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July 15, 2007

Reinventing the Status Quo

By Michael Scotti

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Top traders today must be perpetual learners. They need to learn more about other asset classes. In short, they need to keep reinventing themselves.

Chris Hynes, former head trader at State Street Global Advisors, has spent his Wall Street career doing that.

And now, after 30 years on Wall Street, Hynes will be relocating to Vail, Colo. from Boston. His career has at times put him at the center of change, often with him leading the charge.

"I've always tried to keep reinventing myself," Hynes says, "and maybe that's because I'm never satisfied with the status quo." Interestingly, Jim Leman, an industry consultant who sat on the original FIX Committee with Hynes in the mid-'90s, described Hynes with almost the exact same words.

FIX was a major communications breakthrough for Wall Street. It established a common messaging language that ushered in the electronic trading era.

Hynes' trading career began in the early days of options, in 1975. "I went into derivatives because I needed to go into a young man's business that the older guys with the fat Rolodexes didn't want to learn-or understand," he says.

In retrospect, his options training paved the way for his career, Hynes says. It not only exposed him to management at a young age, but it also forced him to analyze the trade-offs between risk and reward. His ability to weigh risk became invaluable in later years when he headed lines of business.

"Your career is the biggest investment you'll ever make," Hynes says. "People said to me, You're going into the options business? That's so risky.' And I thought it was risky to stay in the bank, where raises didn't even cover inflation."

Hynes wrote a market letter, traded options and covered accounts at various times before moving on to launch the institutional options business at Morgan Stanley in 1980. Opportunity then called at Jefferies & Co., where he went to run the options unit in New York in '83.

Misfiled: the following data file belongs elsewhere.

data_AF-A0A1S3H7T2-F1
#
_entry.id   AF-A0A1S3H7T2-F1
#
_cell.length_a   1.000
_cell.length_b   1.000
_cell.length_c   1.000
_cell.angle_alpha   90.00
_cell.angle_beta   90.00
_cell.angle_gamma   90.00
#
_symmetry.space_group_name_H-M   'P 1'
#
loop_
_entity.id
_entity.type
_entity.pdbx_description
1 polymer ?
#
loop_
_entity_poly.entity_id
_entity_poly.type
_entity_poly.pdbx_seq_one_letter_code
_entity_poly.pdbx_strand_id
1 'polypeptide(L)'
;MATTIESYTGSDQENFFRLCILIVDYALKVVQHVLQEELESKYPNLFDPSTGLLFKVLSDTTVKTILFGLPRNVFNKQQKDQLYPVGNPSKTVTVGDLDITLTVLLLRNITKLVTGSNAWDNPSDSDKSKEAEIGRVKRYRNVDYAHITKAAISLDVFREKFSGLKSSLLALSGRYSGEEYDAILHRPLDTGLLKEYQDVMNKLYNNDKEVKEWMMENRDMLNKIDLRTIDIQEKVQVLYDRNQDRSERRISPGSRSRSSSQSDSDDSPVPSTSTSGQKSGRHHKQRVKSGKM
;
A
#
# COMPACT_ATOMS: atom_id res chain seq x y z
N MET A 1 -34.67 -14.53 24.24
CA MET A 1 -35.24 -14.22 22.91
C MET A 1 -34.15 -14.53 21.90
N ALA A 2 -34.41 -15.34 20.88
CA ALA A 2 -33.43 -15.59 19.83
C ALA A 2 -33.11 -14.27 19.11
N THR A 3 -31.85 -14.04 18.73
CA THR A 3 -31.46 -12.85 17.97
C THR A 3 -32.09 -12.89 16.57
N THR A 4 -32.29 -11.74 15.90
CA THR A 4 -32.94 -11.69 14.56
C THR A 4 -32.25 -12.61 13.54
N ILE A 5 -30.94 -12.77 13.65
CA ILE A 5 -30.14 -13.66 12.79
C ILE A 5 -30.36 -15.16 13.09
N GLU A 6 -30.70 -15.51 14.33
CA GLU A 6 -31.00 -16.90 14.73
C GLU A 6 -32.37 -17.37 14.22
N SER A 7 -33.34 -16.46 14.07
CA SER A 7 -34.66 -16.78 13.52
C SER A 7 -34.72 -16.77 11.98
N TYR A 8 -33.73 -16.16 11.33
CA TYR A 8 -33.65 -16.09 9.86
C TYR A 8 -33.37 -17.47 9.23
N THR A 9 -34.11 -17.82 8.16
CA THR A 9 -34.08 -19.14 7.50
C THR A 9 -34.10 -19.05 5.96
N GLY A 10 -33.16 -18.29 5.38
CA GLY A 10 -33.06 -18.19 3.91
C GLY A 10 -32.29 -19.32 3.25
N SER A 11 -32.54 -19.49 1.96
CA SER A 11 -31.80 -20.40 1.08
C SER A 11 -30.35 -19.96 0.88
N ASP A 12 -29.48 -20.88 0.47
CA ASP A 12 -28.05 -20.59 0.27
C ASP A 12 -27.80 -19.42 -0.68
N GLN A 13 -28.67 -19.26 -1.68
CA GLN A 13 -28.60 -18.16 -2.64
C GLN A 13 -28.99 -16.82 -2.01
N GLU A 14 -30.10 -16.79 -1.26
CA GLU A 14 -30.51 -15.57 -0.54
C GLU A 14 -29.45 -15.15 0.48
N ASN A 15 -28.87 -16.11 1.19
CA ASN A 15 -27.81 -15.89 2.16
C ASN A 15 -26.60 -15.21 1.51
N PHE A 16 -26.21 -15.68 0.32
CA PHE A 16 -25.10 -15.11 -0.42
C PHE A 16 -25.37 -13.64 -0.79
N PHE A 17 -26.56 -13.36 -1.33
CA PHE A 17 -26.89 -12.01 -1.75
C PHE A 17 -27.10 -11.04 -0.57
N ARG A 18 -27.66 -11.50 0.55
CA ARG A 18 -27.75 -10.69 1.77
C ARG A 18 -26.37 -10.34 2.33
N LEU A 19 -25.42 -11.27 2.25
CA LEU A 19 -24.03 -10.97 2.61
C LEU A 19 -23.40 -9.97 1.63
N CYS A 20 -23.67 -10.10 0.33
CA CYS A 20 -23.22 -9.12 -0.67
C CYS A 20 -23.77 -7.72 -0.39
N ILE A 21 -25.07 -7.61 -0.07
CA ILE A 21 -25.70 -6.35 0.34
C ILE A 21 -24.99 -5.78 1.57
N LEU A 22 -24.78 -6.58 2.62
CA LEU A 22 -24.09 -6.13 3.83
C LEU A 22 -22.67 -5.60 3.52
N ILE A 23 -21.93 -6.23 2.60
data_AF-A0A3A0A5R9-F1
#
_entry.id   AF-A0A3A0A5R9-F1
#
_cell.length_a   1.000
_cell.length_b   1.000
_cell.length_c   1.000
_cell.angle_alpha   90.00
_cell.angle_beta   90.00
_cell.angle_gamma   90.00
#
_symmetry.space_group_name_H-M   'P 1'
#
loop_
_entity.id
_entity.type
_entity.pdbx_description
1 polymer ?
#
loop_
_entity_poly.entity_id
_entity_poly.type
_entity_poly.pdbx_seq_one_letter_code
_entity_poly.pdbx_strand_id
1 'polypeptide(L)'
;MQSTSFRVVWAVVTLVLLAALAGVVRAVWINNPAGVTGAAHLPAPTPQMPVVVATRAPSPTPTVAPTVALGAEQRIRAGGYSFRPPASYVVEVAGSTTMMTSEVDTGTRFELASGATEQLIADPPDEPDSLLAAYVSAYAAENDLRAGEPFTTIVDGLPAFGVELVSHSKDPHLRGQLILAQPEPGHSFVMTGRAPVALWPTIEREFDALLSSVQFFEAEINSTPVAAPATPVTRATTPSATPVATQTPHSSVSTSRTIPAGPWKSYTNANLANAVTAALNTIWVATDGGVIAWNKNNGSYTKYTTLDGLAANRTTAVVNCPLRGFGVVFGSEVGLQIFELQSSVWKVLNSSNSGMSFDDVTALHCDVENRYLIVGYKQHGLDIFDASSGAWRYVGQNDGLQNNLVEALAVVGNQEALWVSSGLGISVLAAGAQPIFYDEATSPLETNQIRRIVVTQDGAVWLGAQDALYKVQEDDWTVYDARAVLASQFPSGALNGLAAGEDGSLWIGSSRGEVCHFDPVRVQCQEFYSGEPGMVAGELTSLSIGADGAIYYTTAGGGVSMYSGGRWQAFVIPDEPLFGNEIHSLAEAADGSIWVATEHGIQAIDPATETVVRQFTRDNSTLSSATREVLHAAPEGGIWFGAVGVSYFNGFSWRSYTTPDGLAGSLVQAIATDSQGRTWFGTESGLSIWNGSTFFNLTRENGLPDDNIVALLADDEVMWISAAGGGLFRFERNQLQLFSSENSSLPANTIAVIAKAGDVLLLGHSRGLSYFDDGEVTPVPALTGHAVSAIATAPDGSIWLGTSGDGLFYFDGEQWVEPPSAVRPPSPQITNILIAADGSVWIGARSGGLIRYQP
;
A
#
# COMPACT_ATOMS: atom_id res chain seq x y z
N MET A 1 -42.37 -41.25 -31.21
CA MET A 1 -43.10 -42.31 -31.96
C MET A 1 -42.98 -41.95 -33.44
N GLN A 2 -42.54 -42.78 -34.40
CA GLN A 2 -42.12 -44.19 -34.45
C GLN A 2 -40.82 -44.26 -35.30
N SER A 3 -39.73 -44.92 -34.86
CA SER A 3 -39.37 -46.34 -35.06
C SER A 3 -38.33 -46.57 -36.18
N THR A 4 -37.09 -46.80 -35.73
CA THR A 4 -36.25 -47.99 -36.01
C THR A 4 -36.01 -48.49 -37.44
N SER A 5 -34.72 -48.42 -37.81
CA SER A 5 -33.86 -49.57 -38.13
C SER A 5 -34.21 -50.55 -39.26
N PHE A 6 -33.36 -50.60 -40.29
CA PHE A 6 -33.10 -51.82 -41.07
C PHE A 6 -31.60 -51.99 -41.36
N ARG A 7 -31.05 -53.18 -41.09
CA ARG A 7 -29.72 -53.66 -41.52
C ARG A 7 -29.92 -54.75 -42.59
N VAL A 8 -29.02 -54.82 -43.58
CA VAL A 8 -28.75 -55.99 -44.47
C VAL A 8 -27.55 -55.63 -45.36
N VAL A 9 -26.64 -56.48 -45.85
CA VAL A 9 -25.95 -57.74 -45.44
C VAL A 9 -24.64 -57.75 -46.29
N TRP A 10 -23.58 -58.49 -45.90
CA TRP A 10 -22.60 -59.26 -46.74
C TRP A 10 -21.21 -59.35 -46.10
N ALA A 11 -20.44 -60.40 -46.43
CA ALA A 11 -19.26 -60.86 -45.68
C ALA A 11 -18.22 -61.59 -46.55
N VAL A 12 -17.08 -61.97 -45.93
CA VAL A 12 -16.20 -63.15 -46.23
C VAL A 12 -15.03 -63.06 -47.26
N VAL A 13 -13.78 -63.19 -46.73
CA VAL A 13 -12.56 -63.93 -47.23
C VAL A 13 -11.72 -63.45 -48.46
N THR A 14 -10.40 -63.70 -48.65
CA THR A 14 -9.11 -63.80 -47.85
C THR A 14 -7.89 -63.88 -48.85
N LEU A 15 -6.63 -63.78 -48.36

All of the options investors then had a quantitative bent, Hynes explains. It was his group at Jefferies that devised the idea to create a matching system that would lessen market impact and make trading more efficient.

So the creation of Posit, the matching engine that's now the cornerstone of ITG, started in the options group at Jefferies. Posit was the brainchild of Hynes, Josh Rose and Don Luskin, with Michael Rosen handling operations.

But it took some doing to get buy-in from Jefferies management.

Indeed, Jefferies was then wrestling with some major issues. Long considered a maverick third-market firm, Jefferies had forged close relationships with many of the takeover specialists during the 1980s' leveraged buyout frenzy, including the infamous Ivan F. Boesky. Several months before Posit's first trade, Jefferies chairman, Boyd L. Jefferies, resigned from the firm after settling government charges that he had participated in illegal stock parking for Boesky. It's safe to say there were bigger things on management's plate than launching an untried matching engine.

Enter Ray Killian, who became the management sponsor that Posit needed to gain acceptance internally, Hynes says. Killian, of course, would later become ITG's president and chairman. Jefferies & Co. would later spin off Posit via ITG. "Ray was the godfather of Posit," Hynes says. "We couldn't have done it without his support."